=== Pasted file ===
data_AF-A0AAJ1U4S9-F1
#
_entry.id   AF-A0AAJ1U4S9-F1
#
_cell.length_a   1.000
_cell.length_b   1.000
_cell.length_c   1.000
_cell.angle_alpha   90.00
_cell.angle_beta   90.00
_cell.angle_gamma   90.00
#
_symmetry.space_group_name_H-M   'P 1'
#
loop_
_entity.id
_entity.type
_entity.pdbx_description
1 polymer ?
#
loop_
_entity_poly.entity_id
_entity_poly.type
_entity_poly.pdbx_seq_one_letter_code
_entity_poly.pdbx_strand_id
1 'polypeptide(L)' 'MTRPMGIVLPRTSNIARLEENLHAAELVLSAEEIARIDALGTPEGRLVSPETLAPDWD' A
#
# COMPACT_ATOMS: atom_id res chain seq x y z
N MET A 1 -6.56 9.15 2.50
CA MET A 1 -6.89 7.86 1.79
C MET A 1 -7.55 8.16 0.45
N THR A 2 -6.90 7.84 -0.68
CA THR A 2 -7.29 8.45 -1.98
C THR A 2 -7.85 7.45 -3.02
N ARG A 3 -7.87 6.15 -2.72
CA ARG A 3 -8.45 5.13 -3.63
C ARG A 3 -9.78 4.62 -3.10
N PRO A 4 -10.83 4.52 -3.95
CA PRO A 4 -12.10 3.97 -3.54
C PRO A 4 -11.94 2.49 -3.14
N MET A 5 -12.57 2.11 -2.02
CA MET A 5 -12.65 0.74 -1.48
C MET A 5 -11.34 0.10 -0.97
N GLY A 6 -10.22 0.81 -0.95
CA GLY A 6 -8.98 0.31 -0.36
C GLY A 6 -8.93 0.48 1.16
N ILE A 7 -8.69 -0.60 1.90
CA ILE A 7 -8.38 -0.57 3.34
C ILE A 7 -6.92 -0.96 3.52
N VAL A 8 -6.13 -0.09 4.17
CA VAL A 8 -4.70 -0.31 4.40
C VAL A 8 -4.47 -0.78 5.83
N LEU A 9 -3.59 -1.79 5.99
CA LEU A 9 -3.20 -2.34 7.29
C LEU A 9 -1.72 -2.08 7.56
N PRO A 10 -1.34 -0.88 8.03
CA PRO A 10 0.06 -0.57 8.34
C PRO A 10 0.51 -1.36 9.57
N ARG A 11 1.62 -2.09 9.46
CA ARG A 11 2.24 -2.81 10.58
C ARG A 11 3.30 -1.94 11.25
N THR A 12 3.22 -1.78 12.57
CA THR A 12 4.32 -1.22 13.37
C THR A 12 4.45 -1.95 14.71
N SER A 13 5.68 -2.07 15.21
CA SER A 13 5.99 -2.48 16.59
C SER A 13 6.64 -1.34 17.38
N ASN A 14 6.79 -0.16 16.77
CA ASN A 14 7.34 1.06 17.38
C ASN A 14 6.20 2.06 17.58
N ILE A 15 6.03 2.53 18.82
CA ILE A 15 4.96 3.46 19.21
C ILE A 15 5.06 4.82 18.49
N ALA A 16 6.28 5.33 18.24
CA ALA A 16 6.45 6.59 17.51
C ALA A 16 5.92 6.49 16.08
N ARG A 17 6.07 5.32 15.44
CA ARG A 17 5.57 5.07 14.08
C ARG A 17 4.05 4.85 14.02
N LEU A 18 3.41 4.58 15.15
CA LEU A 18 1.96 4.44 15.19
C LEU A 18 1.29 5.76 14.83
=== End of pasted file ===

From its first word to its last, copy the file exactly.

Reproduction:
data_AF-A0AAJ1U4S9-F1
#
_entry.id   AF-A0AAJ1U4S9-F1
#
_cell.length_a   1.000
_cell.length_b   1.000
_cell.length_c   1.000
_cell.angle_alpha   90.00
_cell.angle_beta   90.00
_cell.angle_gamma   90.00
#
_symmetry.space_group_name_H-M   'P 1'
#
loop_
_entity.id
_entity.type
_entity.pdbx_description
1 polymer ?
#
loop_
_entity_poly.entity_id
_entity_poly.type
_entity_poly.pdbx_seq_one_letter_code
_entity_poly.pdbx_strand_id
1 'polypeptide(L)' 'MTRPMGIVLPRTSNIARLEENLHAAELVLSAEEIARIDALGTPEGRLVSPETLAPDWD' A
#
# COMPACT_ATOMS: atom_id res chain seq x y z
N MET A 1 -6.56 9.15 2.50
CA MET A 1 -6.89 7.86 1.79
C MET A 1 -7.55 8.16 0.45
N THR A 2 -6.90 7.84 -0.68
CA THR A 2 -7.29 8.45 -1.98
C THR A 2 -7.85 7.45 -3.02
N ARG A 3 -7.87 6.15 -2.72
CA ARG A 3 -8.45 5.13 -3.63
C ARG A 3 -9.78 4.62 -3.10
N PRO A 4 -10.83 4.52 -3.95
CA PRO A 4 -12.10 3.97 -3.54
C PRO A 4 -11.94 2.49 -3.14
N MET A 5 -12.57 2.11 -2.02
CA MET A 5 -12.65 0.74 -1.48
C MET A 5 -11.34 0.10 -0.97
N GLY A 6 -10.22 0.81 -0.95
CA GLY A 6 -8.98 0.31 -0.36
C GLY A 6 -8.93 0.48 1.16
N ILE A 7 -8.69 -0.60 1.90
CA ILE A 7 -8.38 -0.57 3.34
C ILE A 7 -6.92 -0.96 3.52
N VAL A 8 -6.13 -0.09 4.17
CA VAL A 8 -4.70 -0.31 4.40
C VAL A 8 -4.47 -0.78 5.83
N LEU A 9 -3.59 -1.79 5.99
CA LEU A 9 -3.20 -2.34 7.29
C LEU A 9 -1.72 -2.08 7.56
N PRO A 10 -1.34 -0.88 8.03
CA PRO A 10 0.06 -0.57 8.34
C PRO A 10 0.51 -1.36 9.57
N ARG A 11 1.62 -2.09 9.46
CA ARG A 11 2.24 -2.81 10.58
C ARG A 11 3.30 -1.94 11.25
N THR A 12 3.22 -1.78 12.57
CA THR A 12 4.32 -1.22 13.37
C THR A 12 4.45 -1.95 14.71
N SER A 13 5.68 -2.07 15.21
CA SER A 13 5.99 -2.48 16.59
C SER A 13 6.64 -1.34 17.38
N ASN A 14 6.79 -0.16 16.77
CA ASN A 14 7.34 1.06 17.38
C ASN A 14 6.20 2.06 17.58
N ILE A 15 6.03 2.53 18.82
CA ILE A 15 4.96 3.46 19.21
C ILE A 15 5.06 4.82 18.49
N ALA A 16 6.28 5.33 18.24
CA ALA A 16 6.45 6.59 17.51
C ALA A 16 5.92 6.49 16.08
N ARG A 17 6.07 5.32 15.44
CA ARG A 17 5.57 5.07 14.08
C ARG A 17 4.05 4.85 14.02
N LEU A 18 3.41 4.58 15.15
CA LEU A 18 1.96 4.44 15.19
C LEU A 18 1.29 5.76 14.83